Dylan recently entered a competition over at the Savage Critics blog. It was a convoluted competition, but basically everyone had to come up with a comic book adaptation for a Hitchcock film and then figure out who would create the "seminal run" after the initial creative team had left. (convoluted, right?)
And assuredly, Dylan's entry is just as confusing. He shared the victory with RJ Acero, who did an equally excellent job of coming up with some Hitchcock comics we wish existed. Warren Ellis' The Birds and Steve Ditko's The Wrong Man are just so mind bendingly great! (Who do we pay and how much?)
The prize was a copy of Mazi by Marzena Sowa and Sylvan Savoia, which will definitely be covered on our podcast at some point.
Check out his entry below, and give the Critics some love. They have a heck of a lot of fun over there, and provide a couple of our crew with plenty of laughs week in and week out.
Hope you enjoyed it. Captain America: Man Out of Time will be recorded some time this weekend, and should be up next week. Expect lots of Kirby bashing and an equal amount of Kirby love. See you all then!Here’s Dylan’s, which he presented as a recent article he’d just read (and which had me fooled up to a certain point):North by NorthwestGetting There From HereIn 1959, Martin Goodman managed to secure the rights to an adaptation of “North by Northwest” for Atlas in hopes of publishing something that didn’t have a funny animal or Jerry Lewis. Stan at the time, was in desperate need of an artist. Joe Maneely would have been his original choice for a project like this, but now Stan was at a loss. He hesitantly passed it to Jack Kirby who turned in a character sketch of Cary Grant, which Stan deemed “too ugly for human consumption.” On a lark, Jack passed the project off to Don Heck. Stan was so impressed with the way Don drew Cary Grant he later said in the letters column of issue #7, “Don Heck must be having lunch with Cary Grant on a regular basis, but I don’t know how he could with all the comics he’s drawing.” The reception to the book was lukewarm at best, and Stan Lee’s adjustments to the ending never sat right with Hitchcock. And it was canceled after issue 10. The adaptation rights lay dormant in the Marvel offices for over 20 years.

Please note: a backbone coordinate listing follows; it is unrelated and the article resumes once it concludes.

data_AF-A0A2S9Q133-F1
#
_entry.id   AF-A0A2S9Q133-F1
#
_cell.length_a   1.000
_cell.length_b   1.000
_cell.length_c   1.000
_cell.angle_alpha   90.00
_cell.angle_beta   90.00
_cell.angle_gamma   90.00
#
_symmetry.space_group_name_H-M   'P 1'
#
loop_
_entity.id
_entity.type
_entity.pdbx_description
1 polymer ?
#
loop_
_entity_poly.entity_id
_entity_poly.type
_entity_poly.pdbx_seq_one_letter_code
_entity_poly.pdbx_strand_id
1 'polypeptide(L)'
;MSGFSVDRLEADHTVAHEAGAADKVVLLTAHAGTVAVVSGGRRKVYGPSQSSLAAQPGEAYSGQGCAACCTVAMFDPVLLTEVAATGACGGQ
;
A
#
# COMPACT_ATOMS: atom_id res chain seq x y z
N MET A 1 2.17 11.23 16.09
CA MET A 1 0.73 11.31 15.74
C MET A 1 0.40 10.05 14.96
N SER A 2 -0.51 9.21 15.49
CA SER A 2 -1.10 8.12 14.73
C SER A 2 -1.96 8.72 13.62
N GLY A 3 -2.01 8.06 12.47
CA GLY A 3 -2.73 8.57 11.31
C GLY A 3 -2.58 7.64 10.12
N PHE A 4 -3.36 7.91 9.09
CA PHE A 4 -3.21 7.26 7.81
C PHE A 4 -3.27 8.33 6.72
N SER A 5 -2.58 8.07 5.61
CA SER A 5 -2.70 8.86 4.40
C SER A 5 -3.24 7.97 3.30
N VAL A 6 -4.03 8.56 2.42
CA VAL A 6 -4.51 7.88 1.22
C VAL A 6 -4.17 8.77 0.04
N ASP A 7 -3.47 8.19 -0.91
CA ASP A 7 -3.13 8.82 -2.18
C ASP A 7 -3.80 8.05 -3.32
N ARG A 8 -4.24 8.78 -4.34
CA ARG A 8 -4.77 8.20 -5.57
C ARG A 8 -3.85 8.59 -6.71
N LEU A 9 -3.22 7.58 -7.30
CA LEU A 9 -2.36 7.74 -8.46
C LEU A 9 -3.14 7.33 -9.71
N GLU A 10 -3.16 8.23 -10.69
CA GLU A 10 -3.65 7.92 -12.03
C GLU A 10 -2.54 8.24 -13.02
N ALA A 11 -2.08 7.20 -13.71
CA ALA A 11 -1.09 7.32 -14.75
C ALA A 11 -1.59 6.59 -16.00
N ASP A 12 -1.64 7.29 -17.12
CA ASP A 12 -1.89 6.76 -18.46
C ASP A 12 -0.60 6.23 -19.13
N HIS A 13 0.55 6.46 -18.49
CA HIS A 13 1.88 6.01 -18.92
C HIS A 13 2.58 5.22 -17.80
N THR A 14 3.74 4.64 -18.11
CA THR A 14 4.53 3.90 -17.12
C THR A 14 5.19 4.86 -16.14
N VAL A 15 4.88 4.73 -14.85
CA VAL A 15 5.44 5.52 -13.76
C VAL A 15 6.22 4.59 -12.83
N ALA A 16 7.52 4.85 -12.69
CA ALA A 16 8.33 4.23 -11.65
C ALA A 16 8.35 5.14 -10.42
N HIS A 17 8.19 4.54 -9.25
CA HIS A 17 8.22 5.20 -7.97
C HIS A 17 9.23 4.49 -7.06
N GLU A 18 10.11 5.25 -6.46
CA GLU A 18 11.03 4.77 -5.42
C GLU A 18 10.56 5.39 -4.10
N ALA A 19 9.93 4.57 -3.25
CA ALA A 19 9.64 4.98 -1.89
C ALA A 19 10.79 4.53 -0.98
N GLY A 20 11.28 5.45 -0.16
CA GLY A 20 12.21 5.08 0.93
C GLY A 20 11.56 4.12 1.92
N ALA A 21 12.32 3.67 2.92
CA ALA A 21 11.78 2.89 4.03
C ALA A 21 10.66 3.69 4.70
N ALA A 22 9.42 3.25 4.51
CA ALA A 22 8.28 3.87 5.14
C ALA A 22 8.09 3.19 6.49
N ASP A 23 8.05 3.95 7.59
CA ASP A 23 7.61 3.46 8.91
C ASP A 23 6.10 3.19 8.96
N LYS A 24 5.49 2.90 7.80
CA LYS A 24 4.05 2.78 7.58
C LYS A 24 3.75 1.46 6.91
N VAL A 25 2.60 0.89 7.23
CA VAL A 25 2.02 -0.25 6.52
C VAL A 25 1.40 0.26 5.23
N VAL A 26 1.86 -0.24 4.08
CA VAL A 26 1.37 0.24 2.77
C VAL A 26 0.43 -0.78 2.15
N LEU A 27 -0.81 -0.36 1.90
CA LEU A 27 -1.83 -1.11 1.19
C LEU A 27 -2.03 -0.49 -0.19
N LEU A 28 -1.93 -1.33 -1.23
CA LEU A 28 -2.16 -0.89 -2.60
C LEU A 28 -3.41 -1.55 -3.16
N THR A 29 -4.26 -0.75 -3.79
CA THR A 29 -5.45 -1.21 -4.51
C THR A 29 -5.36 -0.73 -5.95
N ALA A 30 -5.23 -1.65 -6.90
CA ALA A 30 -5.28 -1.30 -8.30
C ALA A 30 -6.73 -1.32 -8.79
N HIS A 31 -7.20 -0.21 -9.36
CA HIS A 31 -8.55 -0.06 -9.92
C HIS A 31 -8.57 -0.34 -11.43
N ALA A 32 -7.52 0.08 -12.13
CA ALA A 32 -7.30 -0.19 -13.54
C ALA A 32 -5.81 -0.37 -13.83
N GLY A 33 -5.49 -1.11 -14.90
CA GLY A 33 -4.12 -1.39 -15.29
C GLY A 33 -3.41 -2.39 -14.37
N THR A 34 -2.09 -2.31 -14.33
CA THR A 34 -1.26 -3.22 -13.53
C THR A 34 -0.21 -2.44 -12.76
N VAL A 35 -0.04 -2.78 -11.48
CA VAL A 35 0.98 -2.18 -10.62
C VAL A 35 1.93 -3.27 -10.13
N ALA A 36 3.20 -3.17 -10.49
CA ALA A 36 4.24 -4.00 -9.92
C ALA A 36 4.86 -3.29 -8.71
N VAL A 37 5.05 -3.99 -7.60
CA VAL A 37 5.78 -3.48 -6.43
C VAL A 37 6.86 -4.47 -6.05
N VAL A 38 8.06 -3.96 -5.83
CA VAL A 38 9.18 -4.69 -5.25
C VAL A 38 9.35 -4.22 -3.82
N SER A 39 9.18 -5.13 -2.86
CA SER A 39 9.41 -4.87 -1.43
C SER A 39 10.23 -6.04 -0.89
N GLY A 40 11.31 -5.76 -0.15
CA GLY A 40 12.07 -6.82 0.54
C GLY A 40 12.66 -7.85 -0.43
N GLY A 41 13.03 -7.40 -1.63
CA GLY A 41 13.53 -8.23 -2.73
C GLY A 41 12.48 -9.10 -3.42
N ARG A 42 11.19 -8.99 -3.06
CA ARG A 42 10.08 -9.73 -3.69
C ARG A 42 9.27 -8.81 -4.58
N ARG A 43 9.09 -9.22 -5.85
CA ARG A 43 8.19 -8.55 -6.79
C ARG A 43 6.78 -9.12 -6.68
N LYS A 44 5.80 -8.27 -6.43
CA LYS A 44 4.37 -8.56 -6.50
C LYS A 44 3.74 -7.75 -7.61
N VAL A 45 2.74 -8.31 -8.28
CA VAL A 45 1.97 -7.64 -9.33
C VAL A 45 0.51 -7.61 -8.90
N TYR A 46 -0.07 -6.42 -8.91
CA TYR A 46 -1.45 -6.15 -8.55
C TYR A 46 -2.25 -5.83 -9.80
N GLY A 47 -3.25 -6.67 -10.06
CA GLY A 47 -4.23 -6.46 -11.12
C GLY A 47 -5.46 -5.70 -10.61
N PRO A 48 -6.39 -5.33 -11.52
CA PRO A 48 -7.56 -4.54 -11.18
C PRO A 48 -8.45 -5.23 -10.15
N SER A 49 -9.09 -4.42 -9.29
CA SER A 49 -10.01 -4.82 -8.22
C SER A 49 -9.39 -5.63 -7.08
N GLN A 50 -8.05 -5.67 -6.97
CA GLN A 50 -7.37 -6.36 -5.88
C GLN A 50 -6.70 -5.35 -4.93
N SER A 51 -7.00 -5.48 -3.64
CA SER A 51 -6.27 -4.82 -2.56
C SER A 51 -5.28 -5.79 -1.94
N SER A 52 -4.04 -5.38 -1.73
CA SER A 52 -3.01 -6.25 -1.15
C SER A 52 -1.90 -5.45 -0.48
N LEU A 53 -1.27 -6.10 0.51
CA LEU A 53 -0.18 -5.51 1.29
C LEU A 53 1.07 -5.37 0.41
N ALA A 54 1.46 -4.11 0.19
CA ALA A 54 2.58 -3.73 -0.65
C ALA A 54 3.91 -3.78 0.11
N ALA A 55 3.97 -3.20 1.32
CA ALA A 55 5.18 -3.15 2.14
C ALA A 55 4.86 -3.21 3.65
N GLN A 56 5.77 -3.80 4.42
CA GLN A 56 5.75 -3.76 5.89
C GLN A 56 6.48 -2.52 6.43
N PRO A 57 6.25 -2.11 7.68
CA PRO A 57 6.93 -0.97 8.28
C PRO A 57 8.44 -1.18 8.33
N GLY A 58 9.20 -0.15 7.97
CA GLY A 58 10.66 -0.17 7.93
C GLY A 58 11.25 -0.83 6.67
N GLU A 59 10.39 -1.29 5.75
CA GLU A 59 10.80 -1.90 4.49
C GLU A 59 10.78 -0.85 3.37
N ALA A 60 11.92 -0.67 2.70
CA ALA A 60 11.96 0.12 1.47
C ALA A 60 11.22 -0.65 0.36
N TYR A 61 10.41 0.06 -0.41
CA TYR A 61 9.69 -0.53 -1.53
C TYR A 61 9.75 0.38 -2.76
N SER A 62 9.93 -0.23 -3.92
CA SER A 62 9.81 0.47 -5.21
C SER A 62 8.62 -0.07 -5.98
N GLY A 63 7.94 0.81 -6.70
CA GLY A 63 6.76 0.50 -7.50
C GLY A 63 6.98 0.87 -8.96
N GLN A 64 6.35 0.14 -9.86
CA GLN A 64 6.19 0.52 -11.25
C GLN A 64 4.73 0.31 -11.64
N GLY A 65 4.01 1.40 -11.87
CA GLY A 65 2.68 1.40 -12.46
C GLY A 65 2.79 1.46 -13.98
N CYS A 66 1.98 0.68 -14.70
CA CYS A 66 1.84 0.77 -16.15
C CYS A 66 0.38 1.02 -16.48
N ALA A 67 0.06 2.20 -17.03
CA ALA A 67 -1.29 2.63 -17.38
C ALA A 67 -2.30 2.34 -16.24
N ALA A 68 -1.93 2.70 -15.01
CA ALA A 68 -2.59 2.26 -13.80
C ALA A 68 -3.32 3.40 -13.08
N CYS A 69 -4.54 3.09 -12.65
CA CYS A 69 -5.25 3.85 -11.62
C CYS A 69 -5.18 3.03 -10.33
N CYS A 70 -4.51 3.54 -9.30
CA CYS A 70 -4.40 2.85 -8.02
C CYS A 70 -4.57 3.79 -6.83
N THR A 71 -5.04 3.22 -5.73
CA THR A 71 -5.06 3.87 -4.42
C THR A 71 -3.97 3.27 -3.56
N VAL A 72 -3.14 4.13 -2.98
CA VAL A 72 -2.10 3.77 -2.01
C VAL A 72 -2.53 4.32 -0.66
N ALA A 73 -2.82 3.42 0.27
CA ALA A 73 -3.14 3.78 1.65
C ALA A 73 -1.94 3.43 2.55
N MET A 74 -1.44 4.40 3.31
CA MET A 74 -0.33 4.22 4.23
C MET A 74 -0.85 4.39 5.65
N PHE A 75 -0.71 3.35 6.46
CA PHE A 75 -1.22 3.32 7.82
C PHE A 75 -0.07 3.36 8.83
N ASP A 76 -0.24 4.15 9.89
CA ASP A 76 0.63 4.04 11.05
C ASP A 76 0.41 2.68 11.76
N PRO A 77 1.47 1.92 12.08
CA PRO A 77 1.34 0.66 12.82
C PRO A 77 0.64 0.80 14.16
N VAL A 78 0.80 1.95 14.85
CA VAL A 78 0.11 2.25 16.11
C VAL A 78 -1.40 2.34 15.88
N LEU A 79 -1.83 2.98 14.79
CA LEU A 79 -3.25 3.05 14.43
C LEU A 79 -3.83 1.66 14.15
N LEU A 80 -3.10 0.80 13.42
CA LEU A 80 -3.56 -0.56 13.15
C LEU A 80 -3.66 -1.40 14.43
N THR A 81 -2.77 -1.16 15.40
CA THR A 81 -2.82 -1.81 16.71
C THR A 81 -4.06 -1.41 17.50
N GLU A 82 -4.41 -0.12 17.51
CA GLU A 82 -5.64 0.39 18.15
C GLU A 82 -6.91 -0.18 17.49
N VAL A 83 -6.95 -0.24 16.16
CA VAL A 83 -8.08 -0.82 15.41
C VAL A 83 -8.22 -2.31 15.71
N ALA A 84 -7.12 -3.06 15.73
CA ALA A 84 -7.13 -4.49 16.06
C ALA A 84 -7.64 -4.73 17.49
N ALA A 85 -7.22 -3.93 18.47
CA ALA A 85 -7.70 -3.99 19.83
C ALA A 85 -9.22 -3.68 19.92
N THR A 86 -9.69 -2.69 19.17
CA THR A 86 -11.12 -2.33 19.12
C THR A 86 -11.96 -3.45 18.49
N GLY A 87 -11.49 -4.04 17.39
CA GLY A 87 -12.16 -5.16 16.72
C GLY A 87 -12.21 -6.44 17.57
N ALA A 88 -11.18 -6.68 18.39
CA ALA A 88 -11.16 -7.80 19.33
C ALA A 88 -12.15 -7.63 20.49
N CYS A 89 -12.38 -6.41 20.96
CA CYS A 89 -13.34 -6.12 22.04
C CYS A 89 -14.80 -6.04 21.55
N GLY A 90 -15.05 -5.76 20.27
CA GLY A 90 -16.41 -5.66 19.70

But all that changed one unseasonably warm day in the winter of 1974, Steve Engleheart marched into Stan’s office and demanded to write the continued adventures of Roger Thornhill. Stan was skeptical at the time and was still pretty ticked about the Dr. Strange/Sis-Eneg debacle, but as Stan put it, “Englehart had a way of pitching an idea as though I’d already thought of it.”
Engleheart’s following series (penciled by Frank Brunner) chronicled the journeys of Roger Thornhill through the Marvel universe as he was consistently mistaken for Kang the Conqueror, M.O.D.O.K., The Mindless Ones and even (at one point) Spider-Man by Peter Parker himself! The public loved it, and issue #9 (the Doctor Bong issue) was the top selling issue on the stands setting the all-time comics sales record of 2.5 million copies. Which was not overtaken until Spider-Man #1 in 1990.
After 11 issues, it seemed like the creative team had started to lose interest with the initial concept. After a prolonged and contrived battle with the entire Kree race landed Roger Thornhill in the Pacific Northwest, Roger smoked peyote with a Native American shaman and realized he had lost touch with America and “needed to find out WHERE it truly was.” (a lofty if vague goal to be sure) Englehart took Roger across the U.S. visiting every landmark and tourist trap that Steve had read about in a travel brochure he had picked up at a used bookstore one weekend. (Brunner has said that issue after issue he kept remarking, “I can’t believe they are paying me to do this!”)
Most die-hard NxNW fans site these 3 issues as when the series achieved transcendence and became something wholly different from anything the medium had offered before. And most likely would never return to again. Shortly after, Englehart left Marvel and the series was continued by Roy Thomas who wanted a “back to basics approach” with Roger being mistaken for different Marvel characters while trying to live his everyday life. A slew of fill-in writers plagued the book as Roy was busy with his EIC duties, and it was eventually canceled after issue 26.
Since then, there have been many attempts at revivals. Alan Moore penned a story in Daredevils that many Moore enthusiasts site as his best prose piece, and Todd McFarlane attempted to buy the rights from the Hitchcock estate in the late 90s but it amounted to little more than a toy of Roger Thornhill covered in thorns. Fan letters still drop in the Marvel office mailbox from time to time, and not a Comic-Con goes by that Joe Quesada doesn’t drop hints that there may be more new adventures from Roger Thornhill, but it is truly doubtful that any will recapture the magic of Brunner’s lovingly rendered sunsets casting a warm glow over Englehart’s conversations between Roger Thornhill and the waffle slinger at Louie’s Chicken Shack.